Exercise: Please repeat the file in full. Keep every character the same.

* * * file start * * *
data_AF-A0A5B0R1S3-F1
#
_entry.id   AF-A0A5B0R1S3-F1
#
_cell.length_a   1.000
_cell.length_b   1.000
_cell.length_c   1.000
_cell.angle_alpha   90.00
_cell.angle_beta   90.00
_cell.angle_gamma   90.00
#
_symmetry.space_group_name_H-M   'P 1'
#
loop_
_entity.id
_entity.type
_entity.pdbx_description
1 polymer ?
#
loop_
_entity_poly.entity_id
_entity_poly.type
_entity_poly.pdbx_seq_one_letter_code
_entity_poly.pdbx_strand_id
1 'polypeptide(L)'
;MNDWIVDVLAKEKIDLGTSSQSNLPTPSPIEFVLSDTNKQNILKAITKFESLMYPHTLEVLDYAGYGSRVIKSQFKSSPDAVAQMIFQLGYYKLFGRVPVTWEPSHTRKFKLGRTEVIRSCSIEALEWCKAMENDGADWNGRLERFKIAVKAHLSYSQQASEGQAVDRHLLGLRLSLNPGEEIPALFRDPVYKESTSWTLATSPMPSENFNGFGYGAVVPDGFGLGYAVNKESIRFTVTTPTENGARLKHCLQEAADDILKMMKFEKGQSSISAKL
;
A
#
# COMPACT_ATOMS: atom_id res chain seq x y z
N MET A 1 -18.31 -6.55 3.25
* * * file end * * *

data_AF-A0A5B0R1S3-F1
#
_entry.id   AF-A0A5B0R1S3-F1
#
_cell.length_a   1.000
_cell.length_b   1.000
_cell.length_c   1.000
_cell.angle_alpha   90.00
_cell.angle_beta   90.00
_cell.angle_gamma   90.00
#
_symmetry.space_group_name_H-M   'P 1'
#
loop_
_entity.id
_entity.type
_entity.pdbx_description
1 polymer ?
#
loop_
_entity_poly.entity_id
_entity_poly.type
_entity_poly.pdbx_seq_one_letter_code
_entity_poly.pdbx_strand_id
1 'polypeptide(L)'
;MNDWIVDVLAKEKIDLGTSSQSNLPTPSPIEFVLSDTNKQNILKAITKFESLMYPHTLEVLDYAGYGSRVIKSQFKSSPDAVAQMIFQLGYYKLFGRVPVTWEPSHTRKFKLGRTEVIRSCSIEALEWCKAMENDGADWNGRLERFKIAVKAHLSYSQQASEGQAVDRHLLGLRLSLNPGEEIPALFRDPVYKESTSWTLATSPMPSENFNGFGYGAVVPDGFGLGYAVNKESIRFTVTTPTENGARLKHCLQEAADDILKMMKFEKGQSSISAKL
;
A
#
# COMPACT_ATOMS: atom_id res chain seq x y z
N MET A 1 -18.31 -6.55 3.25